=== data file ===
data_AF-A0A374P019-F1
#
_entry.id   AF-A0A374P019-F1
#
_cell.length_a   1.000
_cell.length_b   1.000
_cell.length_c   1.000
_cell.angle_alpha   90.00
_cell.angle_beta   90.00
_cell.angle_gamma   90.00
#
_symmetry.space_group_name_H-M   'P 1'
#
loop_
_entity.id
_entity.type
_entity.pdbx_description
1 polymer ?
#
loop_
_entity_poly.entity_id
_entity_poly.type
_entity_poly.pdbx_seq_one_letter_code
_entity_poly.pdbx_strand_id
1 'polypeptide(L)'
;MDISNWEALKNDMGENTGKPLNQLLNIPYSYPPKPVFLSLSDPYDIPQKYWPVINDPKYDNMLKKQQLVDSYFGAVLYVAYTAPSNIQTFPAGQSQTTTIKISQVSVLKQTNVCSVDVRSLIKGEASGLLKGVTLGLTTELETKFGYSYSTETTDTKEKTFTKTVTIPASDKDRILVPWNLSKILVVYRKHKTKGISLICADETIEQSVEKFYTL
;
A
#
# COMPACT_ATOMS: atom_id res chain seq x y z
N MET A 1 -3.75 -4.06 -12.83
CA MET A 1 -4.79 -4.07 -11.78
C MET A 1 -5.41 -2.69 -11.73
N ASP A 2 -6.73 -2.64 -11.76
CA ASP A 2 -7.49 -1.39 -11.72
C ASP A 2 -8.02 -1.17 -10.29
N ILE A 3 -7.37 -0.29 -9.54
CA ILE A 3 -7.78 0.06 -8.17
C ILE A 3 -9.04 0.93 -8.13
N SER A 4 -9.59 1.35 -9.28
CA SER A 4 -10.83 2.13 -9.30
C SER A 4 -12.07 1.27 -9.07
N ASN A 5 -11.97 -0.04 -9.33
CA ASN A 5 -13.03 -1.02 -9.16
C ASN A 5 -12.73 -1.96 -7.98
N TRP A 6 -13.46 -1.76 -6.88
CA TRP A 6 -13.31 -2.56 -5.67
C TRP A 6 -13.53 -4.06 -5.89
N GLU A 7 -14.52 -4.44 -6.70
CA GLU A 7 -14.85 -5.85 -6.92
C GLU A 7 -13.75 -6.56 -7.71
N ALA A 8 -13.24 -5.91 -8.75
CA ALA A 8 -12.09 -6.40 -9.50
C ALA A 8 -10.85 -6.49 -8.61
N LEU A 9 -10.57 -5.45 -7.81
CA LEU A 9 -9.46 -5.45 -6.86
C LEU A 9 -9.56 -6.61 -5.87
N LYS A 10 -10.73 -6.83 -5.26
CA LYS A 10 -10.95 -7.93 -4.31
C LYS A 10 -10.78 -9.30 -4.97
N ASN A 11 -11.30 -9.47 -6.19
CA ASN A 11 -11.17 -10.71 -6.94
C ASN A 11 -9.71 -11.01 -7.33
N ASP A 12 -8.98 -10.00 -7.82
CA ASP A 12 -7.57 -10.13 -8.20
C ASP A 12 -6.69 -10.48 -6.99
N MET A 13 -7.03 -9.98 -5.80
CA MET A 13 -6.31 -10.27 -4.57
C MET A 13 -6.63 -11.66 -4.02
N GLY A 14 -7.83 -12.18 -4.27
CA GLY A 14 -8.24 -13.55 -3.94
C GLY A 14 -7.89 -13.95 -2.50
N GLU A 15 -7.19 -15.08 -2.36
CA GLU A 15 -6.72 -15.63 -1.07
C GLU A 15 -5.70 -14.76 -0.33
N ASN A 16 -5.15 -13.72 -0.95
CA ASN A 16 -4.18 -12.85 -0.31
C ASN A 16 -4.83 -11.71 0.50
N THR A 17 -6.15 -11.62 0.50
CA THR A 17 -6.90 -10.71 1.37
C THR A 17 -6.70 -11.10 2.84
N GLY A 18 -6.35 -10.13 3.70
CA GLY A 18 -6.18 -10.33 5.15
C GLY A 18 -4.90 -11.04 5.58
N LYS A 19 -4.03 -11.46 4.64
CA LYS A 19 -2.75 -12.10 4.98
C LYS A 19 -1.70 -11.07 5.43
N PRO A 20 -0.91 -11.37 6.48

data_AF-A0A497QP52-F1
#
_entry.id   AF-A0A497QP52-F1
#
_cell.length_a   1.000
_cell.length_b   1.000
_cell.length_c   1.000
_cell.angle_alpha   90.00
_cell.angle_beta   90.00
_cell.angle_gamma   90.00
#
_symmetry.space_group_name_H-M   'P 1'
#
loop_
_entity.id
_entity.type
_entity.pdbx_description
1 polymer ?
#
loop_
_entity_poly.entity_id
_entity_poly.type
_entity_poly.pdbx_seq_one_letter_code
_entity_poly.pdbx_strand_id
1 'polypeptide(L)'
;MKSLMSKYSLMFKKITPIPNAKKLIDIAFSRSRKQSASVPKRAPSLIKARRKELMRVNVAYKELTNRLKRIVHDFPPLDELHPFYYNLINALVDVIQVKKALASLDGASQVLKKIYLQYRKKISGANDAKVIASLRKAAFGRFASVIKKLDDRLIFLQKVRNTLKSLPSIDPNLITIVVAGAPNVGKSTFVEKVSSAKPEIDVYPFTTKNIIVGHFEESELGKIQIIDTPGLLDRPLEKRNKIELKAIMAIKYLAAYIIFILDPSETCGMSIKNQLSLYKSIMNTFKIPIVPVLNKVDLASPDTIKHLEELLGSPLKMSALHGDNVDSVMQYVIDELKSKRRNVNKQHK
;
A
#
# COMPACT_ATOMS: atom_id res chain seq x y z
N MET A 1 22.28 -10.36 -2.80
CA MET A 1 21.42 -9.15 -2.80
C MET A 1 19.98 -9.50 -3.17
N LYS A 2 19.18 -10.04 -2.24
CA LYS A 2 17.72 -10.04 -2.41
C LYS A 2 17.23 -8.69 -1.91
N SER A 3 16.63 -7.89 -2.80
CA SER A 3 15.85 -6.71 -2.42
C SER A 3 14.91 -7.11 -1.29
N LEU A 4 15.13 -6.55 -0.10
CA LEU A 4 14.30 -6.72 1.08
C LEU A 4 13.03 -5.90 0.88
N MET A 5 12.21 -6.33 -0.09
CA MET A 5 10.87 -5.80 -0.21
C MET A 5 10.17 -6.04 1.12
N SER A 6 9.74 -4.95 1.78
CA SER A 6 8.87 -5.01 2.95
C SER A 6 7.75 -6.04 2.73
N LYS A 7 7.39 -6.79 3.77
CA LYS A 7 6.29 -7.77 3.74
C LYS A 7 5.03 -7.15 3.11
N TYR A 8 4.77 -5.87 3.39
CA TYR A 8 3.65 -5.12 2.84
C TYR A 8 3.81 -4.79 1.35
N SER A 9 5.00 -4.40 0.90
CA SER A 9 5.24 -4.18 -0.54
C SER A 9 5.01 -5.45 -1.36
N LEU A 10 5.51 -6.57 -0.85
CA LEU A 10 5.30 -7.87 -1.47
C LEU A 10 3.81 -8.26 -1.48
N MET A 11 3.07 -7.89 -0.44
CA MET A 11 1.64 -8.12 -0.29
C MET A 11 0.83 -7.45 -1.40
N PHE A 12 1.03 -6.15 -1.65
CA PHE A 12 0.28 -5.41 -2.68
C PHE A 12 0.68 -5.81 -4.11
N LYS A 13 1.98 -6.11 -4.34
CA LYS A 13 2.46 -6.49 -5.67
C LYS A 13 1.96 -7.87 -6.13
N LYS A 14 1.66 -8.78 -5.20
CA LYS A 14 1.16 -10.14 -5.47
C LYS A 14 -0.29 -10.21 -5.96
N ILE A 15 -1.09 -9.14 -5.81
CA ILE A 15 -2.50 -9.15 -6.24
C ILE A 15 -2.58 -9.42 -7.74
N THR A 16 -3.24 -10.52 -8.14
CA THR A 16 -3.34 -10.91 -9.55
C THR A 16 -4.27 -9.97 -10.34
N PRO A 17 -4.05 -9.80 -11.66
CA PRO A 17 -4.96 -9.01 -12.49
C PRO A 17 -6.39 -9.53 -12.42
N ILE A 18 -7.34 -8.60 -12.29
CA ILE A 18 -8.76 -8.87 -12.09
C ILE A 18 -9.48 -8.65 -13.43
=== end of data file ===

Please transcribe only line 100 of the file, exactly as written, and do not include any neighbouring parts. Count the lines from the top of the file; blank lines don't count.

_symmetry.space_group_name_H-M   'P 1'